Here are two oil and gas stocks from our survey of analysts’ opinions of more than 1,000 Canadian public companies. One tops the “buy” list; the other the “sell” list.
Canadian Natural Resources Ltd. (TSX—CNQ; NYSE—CNQ)
Canadian Natural Resources’ oilsands mining segment is driving much of its cash flow and free cash flow generation, says RBC Capital Markets analyst Greg Pardy.
Anchored by an extensive proven and probable reserve life index of just over 45 years, oil and gas stock Canadian Natural’s oilsands mining operations yield premier upgraded products, with no decline, and about $1 billion of annual sustaining capital. At 2019’s end, the company’s proven and probable synthetic crude oil reserves stood at 6.9 billion barrels.
“Over the 2018-19 period, we estimate the oilsands mining segment generated pre-tax cash flow of $12.8 billion, and free cash flow of $9.8 billion,” says Mr. Pardy. “Our inspection would suggest the company’s oilsands mining generated operating net-backs, after transportation costs, that were about $10-to-$15 per barrel of oil higher than Syncrude and other comparable projects in 2018-19.”
The analyst pegs the company’s oilsands mining free cash flow at $2.1 billion in 2020 and $4.1 billion in 2021. Sustaining capital sits in the range of about $6-to-$8 per barrel of oil, or around $1 billion per year for this segment.
Moreover, Canadian Natural has set a long-term aspirational target of net zero oilsands emissions. During the interim, the company is targeting a 25 per cent reduction in oilsands greenhouse gas emissions intensity by 2025.
Thus far, strong progress has been made at Horizon, where the company has reduced emissions intensity 37 per cent since 2012.
In addition, strides are being made with the In-Pit Extraction Process (IPEP). IPEP replaces the traditional bitumen extraction process in oilsands mining by handling the bitumen directly at the mine face.
If successful, the company believes IPEP has the potential to reduce mining costs by $2-to-$3 per barrel of oil, significantly reduce greenhouse gas emissions and importantly, eliminate the need for tailings ponds.
Mr. Pardy reaffirms his “outperform” recommendation underlining that the company is on RBC’s “Global Top 30” and “Best Energy Ideas” lists.
All seven analysts who cover Canadian Natural Resources recommend it as a “buy”, placing it in a five-way tie for first on our top-10 “buys” list.
Calfrac Well Services Ltd. (TSX—CFW)
Following restructuring, Calfrac Well Services Ltd.’s debt has been sawed down by 60 per cent, but by Raymond James Financial analyst Andrew Bradford’s measure, earnings before interest, taxes, depreciation and amortization (EBITDA) still won’t cover cash interest or maintenance capital.
Nonetheless, Mr. Bradford says the recapitalization does provide a path to a more sustainable debt burden and operating leverage in the event of some resumption in normal field activity.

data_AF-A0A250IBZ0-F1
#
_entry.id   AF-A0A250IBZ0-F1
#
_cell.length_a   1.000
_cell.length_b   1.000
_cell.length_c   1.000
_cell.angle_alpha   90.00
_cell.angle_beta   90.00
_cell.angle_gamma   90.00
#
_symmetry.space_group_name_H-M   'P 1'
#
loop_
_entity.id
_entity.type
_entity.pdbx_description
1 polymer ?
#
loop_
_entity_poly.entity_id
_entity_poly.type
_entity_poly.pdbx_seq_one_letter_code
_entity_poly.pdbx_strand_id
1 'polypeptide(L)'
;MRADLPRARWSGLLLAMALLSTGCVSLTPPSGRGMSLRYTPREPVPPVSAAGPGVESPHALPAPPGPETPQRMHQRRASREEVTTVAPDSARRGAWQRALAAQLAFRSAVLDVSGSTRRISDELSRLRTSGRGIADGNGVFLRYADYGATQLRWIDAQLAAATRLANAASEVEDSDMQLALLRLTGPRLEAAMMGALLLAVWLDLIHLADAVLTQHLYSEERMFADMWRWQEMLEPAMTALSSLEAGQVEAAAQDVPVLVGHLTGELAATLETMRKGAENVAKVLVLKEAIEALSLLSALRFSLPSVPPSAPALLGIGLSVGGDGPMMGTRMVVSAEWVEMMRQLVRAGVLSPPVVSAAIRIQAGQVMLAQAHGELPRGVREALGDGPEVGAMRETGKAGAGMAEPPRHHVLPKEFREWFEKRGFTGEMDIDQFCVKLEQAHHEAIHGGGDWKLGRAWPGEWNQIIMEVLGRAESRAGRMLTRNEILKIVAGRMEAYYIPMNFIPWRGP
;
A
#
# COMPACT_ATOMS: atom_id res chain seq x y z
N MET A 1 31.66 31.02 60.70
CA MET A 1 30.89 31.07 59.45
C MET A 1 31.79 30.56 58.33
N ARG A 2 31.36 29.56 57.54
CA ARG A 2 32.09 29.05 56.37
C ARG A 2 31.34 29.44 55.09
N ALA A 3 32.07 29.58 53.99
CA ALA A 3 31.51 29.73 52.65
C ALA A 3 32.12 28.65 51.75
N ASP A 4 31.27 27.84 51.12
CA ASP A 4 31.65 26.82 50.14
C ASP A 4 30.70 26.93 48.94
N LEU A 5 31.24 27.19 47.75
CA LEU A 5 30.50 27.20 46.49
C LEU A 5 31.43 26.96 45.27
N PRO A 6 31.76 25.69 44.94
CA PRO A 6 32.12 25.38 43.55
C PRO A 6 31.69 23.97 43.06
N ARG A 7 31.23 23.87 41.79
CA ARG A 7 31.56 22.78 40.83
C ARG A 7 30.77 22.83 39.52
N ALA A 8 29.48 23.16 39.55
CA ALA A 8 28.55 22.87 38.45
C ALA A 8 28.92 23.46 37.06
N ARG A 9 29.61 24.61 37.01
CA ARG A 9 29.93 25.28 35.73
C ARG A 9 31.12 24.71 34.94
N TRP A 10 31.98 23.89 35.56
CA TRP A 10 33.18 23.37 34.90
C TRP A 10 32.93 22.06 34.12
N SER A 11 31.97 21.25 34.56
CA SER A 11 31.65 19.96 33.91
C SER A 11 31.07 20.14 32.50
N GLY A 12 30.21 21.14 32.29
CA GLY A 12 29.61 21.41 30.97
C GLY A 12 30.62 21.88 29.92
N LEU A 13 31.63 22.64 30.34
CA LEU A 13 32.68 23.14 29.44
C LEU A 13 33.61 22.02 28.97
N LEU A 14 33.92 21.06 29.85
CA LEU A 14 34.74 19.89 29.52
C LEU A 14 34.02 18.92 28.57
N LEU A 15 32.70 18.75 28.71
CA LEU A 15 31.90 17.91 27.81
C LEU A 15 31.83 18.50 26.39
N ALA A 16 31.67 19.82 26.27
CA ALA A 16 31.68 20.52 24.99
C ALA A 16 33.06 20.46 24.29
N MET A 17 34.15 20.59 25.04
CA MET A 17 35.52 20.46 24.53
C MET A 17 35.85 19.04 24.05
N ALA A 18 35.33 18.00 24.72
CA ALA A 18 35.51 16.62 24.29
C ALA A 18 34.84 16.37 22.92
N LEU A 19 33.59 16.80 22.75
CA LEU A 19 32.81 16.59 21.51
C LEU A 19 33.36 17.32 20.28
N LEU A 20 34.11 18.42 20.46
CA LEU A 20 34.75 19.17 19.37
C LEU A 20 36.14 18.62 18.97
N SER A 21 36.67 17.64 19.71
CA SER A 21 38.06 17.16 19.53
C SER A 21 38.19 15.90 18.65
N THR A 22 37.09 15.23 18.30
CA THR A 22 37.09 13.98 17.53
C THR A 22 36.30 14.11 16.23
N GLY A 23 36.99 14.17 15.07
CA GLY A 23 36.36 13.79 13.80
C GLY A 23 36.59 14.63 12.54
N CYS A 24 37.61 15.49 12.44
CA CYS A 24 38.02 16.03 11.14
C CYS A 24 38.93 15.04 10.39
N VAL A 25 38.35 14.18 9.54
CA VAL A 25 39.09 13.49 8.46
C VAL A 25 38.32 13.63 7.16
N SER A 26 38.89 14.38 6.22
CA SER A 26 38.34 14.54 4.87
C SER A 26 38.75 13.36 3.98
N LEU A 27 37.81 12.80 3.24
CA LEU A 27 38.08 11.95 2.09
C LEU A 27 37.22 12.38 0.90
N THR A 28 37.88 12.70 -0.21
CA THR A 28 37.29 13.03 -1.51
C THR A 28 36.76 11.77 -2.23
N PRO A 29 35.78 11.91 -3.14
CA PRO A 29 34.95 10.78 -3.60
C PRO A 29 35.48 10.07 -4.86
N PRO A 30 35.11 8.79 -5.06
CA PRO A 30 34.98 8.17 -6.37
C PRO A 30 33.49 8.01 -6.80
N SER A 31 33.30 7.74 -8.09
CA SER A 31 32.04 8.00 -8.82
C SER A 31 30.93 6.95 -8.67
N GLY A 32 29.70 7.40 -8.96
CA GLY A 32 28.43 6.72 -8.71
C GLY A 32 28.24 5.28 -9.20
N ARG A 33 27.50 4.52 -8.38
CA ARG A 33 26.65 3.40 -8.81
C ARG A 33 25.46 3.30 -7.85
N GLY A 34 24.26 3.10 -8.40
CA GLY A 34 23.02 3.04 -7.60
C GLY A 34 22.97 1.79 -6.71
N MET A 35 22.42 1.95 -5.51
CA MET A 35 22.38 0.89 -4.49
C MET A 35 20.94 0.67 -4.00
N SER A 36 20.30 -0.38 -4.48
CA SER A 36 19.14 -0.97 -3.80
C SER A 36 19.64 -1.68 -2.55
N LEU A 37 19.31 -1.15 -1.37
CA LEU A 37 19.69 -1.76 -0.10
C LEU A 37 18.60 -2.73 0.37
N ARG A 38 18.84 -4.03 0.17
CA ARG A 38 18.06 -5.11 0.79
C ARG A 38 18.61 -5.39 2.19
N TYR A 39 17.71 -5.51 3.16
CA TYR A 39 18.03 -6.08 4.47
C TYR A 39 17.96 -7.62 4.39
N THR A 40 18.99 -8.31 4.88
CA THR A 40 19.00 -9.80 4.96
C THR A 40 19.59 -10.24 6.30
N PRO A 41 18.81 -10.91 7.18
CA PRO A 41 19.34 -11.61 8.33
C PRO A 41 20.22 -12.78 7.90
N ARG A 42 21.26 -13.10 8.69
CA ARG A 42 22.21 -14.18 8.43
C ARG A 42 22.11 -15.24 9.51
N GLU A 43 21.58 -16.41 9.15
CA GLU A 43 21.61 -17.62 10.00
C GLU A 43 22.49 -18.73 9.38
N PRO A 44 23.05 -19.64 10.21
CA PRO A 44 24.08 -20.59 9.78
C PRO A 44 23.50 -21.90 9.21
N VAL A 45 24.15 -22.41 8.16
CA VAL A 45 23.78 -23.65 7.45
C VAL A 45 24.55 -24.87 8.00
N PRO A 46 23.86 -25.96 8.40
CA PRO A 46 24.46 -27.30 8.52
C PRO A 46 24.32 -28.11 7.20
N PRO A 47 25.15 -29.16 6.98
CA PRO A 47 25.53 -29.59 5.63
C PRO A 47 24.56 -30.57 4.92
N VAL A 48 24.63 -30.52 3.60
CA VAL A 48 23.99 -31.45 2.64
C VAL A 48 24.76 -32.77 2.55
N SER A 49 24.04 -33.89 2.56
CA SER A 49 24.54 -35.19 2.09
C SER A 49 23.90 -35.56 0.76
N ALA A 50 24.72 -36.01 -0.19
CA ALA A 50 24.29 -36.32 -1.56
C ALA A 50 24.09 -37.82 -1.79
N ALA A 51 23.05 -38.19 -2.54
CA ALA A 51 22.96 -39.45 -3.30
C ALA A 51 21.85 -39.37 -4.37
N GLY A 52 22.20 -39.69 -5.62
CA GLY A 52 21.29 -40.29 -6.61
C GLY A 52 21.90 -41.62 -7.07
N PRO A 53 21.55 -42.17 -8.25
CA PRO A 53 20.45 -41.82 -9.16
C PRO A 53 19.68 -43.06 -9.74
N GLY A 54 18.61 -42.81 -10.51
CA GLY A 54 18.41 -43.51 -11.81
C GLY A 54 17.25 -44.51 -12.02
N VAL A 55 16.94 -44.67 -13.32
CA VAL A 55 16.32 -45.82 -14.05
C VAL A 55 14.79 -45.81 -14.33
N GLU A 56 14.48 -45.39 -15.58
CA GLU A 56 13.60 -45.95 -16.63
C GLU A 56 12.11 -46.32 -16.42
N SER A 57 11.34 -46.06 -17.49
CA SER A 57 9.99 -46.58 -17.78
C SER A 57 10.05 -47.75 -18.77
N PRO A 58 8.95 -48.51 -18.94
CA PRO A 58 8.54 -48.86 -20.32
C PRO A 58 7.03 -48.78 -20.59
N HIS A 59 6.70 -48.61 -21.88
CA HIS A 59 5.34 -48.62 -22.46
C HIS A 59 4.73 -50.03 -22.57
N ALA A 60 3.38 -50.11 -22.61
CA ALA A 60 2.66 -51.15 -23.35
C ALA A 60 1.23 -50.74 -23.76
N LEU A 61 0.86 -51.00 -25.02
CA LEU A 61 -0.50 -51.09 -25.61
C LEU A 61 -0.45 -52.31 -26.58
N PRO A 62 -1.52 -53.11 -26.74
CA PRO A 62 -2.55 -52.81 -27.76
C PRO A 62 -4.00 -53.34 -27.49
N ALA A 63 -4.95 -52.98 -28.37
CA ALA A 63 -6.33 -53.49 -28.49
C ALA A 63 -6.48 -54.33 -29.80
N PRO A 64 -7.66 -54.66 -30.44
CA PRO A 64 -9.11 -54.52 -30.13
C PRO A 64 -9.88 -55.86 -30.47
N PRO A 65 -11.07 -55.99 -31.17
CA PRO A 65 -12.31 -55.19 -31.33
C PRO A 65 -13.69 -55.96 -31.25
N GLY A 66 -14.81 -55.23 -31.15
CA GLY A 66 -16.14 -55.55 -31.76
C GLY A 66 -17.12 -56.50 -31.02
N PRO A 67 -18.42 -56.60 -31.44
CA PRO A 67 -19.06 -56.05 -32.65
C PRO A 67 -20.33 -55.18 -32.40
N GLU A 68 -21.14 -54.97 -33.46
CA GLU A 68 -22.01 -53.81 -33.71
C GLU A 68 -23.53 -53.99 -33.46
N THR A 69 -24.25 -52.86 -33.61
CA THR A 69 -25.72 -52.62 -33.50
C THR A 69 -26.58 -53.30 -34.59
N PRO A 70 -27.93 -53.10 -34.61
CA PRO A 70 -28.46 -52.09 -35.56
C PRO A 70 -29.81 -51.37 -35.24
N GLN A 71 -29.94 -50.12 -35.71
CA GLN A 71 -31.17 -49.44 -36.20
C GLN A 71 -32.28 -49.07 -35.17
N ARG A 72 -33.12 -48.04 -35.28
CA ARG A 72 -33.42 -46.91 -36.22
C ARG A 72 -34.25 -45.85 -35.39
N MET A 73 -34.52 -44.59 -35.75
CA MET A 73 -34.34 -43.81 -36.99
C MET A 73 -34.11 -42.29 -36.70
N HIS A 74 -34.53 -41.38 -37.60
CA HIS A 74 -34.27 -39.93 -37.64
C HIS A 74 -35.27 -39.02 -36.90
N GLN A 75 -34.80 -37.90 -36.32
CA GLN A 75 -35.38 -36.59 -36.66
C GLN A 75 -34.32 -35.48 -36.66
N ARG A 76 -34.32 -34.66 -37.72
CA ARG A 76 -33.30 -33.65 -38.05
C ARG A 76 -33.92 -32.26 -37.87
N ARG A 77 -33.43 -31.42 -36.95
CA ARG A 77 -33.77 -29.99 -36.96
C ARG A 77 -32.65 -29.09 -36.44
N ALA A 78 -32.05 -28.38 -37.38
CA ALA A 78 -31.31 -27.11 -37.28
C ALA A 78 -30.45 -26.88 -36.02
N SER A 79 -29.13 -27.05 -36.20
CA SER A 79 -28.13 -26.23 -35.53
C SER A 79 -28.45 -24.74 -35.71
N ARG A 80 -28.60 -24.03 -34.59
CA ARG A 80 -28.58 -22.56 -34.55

Mr. Bradford notes that floating capital will be thin initially, or at least undefined. Almost all (94.3 per cent) of the $338-million pro forma market cap will be collectively held by insiders, in large blocks and by prior unsecured note-holders—another 1.7 per cent by Wilks Brothers LLC. Initially, the effective float capitalization could range anywhere between $10 million and $328 million, depending on the Wilks’ and former unsecured note-holders’ intentions.
The analyst says investors need to be mindful that the market cap and net debt, if presented in terms of a basic starting offer, will understate the dilutive impact of Calfrac’s deep-in-the-money 1.5 lien convertible debt and potential interest in-kind. “International Financial Reporting Standards (IFRS) will present the 1.5 lien debt on the company’s financial statements in its usual confused fashion with loose attachment to economic relevance, so we describe it here in simple terms,” says the analyst. “The undiscounted value of this debt is a $60-million principal plus $18 million over three years in interest.
“However, upon conversion to shares and interest in the form of shares in kind, the market value of the 1.5 notes is between $417 million and $555 million.”
The analyst reiterates his view that US oilfield services activity is lower than one should expect given oil and gas strip pricing. In Canada, producers will be supportive of maintaining a healthy competitive fracturing dynamic given higher demand, he adds.
Mr. Bradford reiterates his “under-perform” recommendation and target share price of $0.08 for Calfrac. All three analysts who cover Calfrac Well Services recommend it as a “sell”, placing it first on our top-10 “sells” list.
This is an edited version of an article that was originally published for subscribers in the November 20, 2020, issue of Investor’s Digest of Canada. You can profit from the award-winning advice subscribers receive regularly in Investor’s Digest of Canada.
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